In Fall of 1994, property value indicators in the New York area spiked for some places that no one in the industry could explain. Namely: the I-27 corridor inland of Freeport, the warehouse district across from Cedar Hill Cemetery in Jamaica Bay, and the stretch of suburbia between Lower Winganhauppage and Orowoc Lakes in Bay Shore. Understand these weren't tiny spikes. The buyers were offering over 350% of asking prices, making offers to owners who weren't on the market, and successfully purchasing long tracks of unwanted adjacent lots. At the time many theories were voiced by my peers but none convincing, and the issue faded out of attention.

Now, as many of you already know, I have the unusual distinction of being the only Doctored seismologist employed by Starbucks—at the corporate level, anyway. I don't know about the barrista set. For the past few years I have been contracted to develop long-term geographic and tectonic viability assessments for new markets, particularly third world and ecotourism locations, but also in nearer to home for existing markets. While the erstwhile audience for my reports is upper management, my real readers are our insurers. Laugh all you want, it keeps me traveling and pays my bills.

What it means though, is that I have to have my fingers in two large, very different pies at once, i.e. large-scale environmental issues and real estate, and thus my awareness of the aforementioned spike. More on this, anon.

Now we fly from New York to a very different part of the world: Urumqi, China, where my wicked-smart but politically misguided younger brother lives and works in his equally strange job as R&D for the ultra-conservative think tank The Heritage Foundation. Whereas I can at least tell people what I do if not the results, he usually claims that he really can't even describe what he's doing other than "research," after which he'll switch the topic to another of the disgusting eating habits of the Sinkiang locals. (Amorphophallus stew, anyone?)

Well, earlier this year my work found me in Asia, scoping out Angkor Wat for the Powers that Be. So he and I picked a weekend and agreed to meet in Jilin, which is roughly in the middle. We met, shook hands, and slogged to the center of the tiny town to a bar where after a few spiced beers conversation fell to our work. I blathered on a bit about my boring stuff, and then somehow got him to confess what it is he's been working on.

Get this, scoophounds:

Cooling fabric. Sure, it sounds like some dorky Japanese invention, but it's much, much cooler than that, if you'll pardon the pun. I'm way out of my depth here, so I may be a little ham-handed with the description, but as I understood it they're piping coolant through nanofibers woven into clothing. (??) He said the pump is a little larger than a cigarette case and you can wear it on your belt. The fabric is only as stiff as a rain jacket, and it can lower your body temperature enough that hanging out in the Gobi desert feels like a Spring day in the Dakotas.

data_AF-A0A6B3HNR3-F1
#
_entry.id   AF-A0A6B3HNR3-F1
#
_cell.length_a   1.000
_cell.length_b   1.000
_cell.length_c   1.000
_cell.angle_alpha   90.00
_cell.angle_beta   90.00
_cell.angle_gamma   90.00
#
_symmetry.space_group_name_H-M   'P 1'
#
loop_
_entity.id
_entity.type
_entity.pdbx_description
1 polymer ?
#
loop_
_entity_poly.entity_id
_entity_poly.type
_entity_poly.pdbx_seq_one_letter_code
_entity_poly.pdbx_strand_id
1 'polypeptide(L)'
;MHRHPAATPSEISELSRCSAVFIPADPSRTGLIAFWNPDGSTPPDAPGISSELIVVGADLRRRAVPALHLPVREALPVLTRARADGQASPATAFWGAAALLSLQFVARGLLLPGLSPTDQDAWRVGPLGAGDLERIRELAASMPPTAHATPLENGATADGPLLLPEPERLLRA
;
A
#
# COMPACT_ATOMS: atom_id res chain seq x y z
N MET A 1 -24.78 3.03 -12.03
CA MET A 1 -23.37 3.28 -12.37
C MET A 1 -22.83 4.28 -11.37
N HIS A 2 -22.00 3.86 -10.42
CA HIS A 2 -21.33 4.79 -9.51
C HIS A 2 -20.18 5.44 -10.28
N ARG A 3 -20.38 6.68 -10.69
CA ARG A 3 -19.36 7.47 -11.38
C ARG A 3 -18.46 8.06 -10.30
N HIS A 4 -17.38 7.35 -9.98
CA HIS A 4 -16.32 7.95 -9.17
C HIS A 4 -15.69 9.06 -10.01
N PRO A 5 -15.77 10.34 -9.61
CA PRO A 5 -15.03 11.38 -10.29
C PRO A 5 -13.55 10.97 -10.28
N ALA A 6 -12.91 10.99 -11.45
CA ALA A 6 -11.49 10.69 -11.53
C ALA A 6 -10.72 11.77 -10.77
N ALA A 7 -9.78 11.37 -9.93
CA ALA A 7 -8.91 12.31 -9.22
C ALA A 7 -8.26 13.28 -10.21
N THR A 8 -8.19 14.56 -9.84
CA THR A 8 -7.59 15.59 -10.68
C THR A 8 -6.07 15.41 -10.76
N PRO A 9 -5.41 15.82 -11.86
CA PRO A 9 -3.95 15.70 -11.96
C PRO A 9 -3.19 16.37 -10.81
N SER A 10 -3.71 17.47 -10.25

Naturally, I asked why. Then the bastard got coy on me.

    Think about the Middle East, he said. Pretty hot, ya? Why, if it were just thiiis much hotter (holding his fingers an inch apart), even the locals would have to find somewhere else to live. It would take some foresighted multinational corporation, say, with lots of money to spend on futuristic ACAV equipment and water purification systems just to stay there and squeeze all that delicious oil out of the ground.

And that's all I got. But I thought about this the rest of that weekend, all on my flight back to Thailand, and all on my flight home. Here's where my inner conspiracy theorist kicked in.

We American progressives have long been incredulous about the apparent ostrich-ness of the Republican party and their businesshead overlords. How is it possible that they can constantly ignore the massive scientific evidence that has been piling up about global warming? Surely their eschatonic worldview and grotesque self-serving sense of entitlement doesn't completely, lemmingly blind them to the impending doom, right? Glaciers are evaporating. Polar bears are shedding. Seattle is becoming downright...sunny. And deserts are getting bigger.

Surely this hasn't been...planned, has it?

So back to the skyrocketing real estate prices in 1994. When I got home, I dug up the old sales data, and slyly cross referenced each of them against two fairly obscure databases: Starbucks' predictive coastline models and a nifty Lexis Nexis-type real estate system stupidly called RealtyBytes. What I found out was that each of the land purchases was made on what will be coastline in 30 to 50 years as the sea levels rise. I had hoped to find that these purchases were made by the heads of oil execs whose companies headquarter in the northeast, but no such luck. Instead, most were made by offshore holding companies I couldn't trace. But about a third of the purchases were made not by offshore holding companies or the oil execs, but by local holding companies solely owned and operated by...their wives. I ain't going to risk libel just for e2, so that's where my published data will end.

But, I will say this: Why 1994? A little googling reveals that this is the same year the Heritage Foundation published its internal report—on geopolitics and global warming.

Check out some of the evidence yourself at

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